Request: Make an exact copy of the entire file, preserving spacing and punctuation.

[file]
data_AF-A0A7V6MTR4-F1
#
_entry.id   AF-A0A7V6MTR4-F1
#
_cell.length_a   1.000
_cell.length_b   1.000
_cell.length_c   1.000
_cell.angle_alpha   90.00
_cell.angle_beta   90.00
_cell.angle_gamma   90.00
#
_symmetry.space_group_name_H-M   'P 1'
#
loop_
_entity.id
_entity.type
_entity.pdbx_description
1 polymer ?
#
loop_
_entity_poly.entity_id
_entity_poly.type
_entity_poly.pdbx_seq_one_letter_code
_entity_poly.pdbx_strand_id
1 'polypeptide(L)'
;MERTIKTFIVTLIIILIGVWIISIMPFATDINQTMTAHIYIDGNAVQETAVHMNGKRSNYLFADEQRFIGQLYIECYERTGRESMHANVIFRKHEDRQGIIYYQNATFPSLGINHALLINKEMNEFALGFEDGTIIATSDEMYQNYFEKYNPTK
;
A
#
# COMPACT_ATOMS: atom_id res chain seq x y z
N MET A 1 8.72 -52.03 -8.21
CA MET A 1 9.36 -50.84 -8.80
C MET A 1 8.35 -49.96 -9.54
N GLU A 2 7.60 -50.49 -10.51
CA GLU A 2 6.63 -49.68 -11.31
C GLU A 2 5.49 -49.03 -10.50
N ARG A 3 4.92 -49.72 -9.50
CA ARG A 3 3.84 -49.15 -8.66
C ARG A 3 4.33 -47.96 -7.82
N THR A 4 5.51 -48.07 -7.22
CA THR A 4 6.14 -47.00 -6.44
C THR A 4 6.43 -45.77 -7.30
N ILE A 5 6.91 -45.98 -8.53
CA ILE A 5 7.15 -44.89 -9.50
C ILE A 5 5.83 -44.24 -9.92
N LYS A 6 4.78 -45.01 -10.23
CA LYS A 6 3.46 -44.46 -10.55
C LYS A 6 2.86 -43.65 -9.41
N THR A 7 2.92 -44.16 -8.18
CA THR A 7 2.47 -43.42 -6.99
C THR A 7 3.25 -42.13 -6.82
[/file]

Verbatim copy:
data_AF-A0A7V6MTR4-F1
#
_entry.id   AF-A0A7V6MTR4-F1
#
_cell.length_a   1.000
_cell.length_b   1.000
_cell.length_c   1.000
_cell.angle_alpha   90.00
_cell.angle_beta   90.00
_cell.angle_gamma   90.00
#
_symmetry.space_group_name_H-M   'P 1'
#
loop_
_entity.id
_entity.type
_entity.pdbx_description
1 polymer ?
#
loop_
_entity_poly.entity_id
_entity_poly.type
_entity_poly.pdbx_seq_one_letter_code
_entity_poly.pdbx_strand_id
1 'polypeptide(L)'
;MERTIKTFIVTLIIILIGVWIISIMPFATDINQTMTAHIYIDGNAVQETAVHMNGKRSNYLFADEQRFIGQLYIECYERTGRESMHANVIFRKHEDRQGIIYYQNATFPSLGINHALLINKEMNEFALGFEDGTIIATSDEMYQNYFEKYNPTK
;
A
#
# COMPACT_ATOMS: atom_id res chain seq x y z
N MET A 1 8.72 -52.03 -8.21
CA MET A 1 9.36 -50.84 -8.80
C MET A 1 8.35 -49.96 -9.54
N GLU A 2 7.60 -50.49 -10.51
CA GLU A 2 6.63 -49.68 -11.31
C GLU A 2 5.49 -49.03 -10.50
N ARG A 3 4.92 -49.72 -9.50
CA ARG A 3 3.84 -49.15 -8.66
C ARG A 3 4.33 -47.96 -7.82
N THR A 4 5.51 -48.07 -7.22
CA THR A 4 6.14 -47.00 -6.44
C THR A 4 6.43 -45.77 -7.30
N ILE A 5 6.91 -45.98 -8.53
CA ILE A 5 7.15 -44.89 -9.50
C ILE A 5 5.83 -44.24 -9.92
N LYS A 6 4.78 -45.01 -10.23
CA LYS A 6 3.46 -44.46 -10.55
C LYS A 6 2.86 -43.65 -9.41
N THR A 7 2.92 -44.16 -8.18
CA THR A 7 2.47 -43.42 -6.99
C THR A 7 3.25 -42.13 -6.82